President Donald Trump's nominee for attorney general, William Barr, told U.S. lawmakers in written comments released on Monday he would not take any steps to improperly fire Special Counsel Robert Mueller and said Trump has never discussed the substance of Mueller's Russia investigation with him.
In written comments to questions posed by members of the Senate Judiciary Committee, Barr also said he had discussed with Justice Department officials the issue of recusing himself from oversight of Mueller's investigation into Russia's role in the 2016 election. The committee is due to vote on Tuesday on whether to endorse Barr's nomination and send it to the full U.S. Senate for a confirmation vote.
"The President has not asked me my views about any aspect of the investigation, and he has not asked me about what I would do about anything in the investigation," Barr wrote in response to questions posed by Democratic Senator Patrick Leahy.
The Republican president has called Mueller's investigation a witch hunt, though Barr in his confirmation hearing this month said he would let the special counsel complete the probe and pledged to make as many details of Mueller's findings public as he can, once the work is completed.
Barr, who previously served as attorney general under Republican former President George H.W. Bush, has come under criticism from Democrats over a memo he sent to Justice Department and White House officials last year that called Mueller's investigation into whether Trump committed obstruction of justice "fatally misconceived."
If confirmed by the Senate, Barr would oversee Mueller's investigation into whether Trump's presidential campaign conspired with Russia. Trump has denied any such collusion. Russian has denied interfering in the election.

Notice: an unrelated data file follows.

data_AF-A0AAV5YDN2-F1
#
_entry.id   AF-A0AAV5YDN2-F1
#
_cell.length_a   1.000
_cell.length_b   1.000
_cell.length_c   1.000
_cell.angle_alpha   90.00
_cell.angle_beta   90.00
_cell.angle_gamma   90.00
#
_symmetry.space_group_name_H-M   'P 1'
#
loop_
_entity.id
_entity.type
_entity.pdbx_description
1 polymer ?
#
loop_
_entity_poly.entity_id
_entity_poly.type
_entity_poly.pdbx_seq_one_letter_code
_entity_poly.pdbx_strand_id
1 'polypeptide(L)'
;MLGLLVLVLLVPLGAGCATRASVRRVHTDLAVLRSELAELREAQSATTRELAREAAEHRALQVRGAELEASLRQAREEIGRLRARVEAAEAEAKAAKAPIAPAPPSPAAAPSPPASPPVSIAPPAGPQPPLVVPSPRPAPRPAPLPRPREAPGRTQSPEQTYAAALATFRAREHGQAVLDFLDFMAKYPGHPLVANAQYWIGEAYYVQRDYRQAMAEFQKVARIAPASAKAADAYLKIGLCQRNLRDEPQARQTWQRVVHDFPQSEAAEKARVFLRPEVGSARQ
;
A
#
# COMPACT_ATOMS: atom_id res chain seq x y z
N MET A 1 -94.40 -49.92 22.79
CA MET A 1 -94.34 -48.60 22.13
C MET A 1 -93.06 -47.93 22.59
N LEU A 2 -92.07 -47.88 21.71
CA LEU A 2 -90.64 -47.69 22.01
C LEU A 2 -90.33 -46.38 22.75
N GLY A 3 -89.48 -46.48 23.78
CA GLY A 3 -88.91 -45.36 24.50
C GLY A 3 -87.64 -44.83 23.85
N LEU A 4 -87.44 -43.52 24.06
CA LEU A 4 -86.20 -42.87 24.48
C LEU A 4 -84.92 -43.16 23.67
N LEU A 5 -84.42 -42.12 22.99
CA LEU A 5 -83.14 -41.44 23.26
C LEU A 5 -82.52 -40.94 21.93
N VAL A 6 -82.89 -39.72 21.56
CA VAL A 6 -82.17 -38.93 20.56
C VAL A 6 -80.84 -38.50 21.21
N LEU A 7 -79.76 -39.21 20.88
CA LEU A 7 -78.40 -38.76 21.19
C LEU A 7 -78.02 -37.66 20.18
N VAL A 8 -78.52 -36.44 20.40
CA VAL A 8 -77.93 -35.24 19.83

Barr also said during his hearing and in his written responses he has no plans to overhaul Justice Department regulations so Mueller could be fired at will. Under current rules, Mueller can be fired only for misconduct or other wrongdoing.
"I would not countenance changing the existing regulations for the purpose of removing Special Counsel Mueller without good cause," Barr wrote to the senators.
Some Democrats have questioned whether Barr should recuse himself from overseeing the investigation because of his memo.
Barr said in his written responses he has discussed recusal issues related to the memo with department officials, but has not done so with the White House. He did not give much insight into what department officials may have recommended related to a recusal or whether he would disclose any advice he receives.
"If confirmed, I will consult with the Department's career ethics officials, review the facts, and make a decision regarding my recusal from any matter in good faith," Barr wrote, adding that while he is unfamiliar with protocol for disclosing ethics advice to Congress he would be "as transparent as possible."
Democrats have raised concerns about whether Barr will adequately disclose to Congress all of the details of Mueller's inquiry, including any decisions not to charge certain people. Barr has signaled some details might remain under wraps.
In responses to questions from Democratic Senator Dick Durbin, Barr cited a Justice Department manual that he said "cautions prosecutors to be sensitive to the privacy and reputational interests of uncharged third parties."
"It is department policy and practice not to criticize individuals for conduct that does not warrant prosecution," Barr added.
Such a response might pose more concerns for Democrats, particularly after Barr previously said he sees no reason to change a longstanding Justice Department legal opinion that a sitting president cannot be indicted.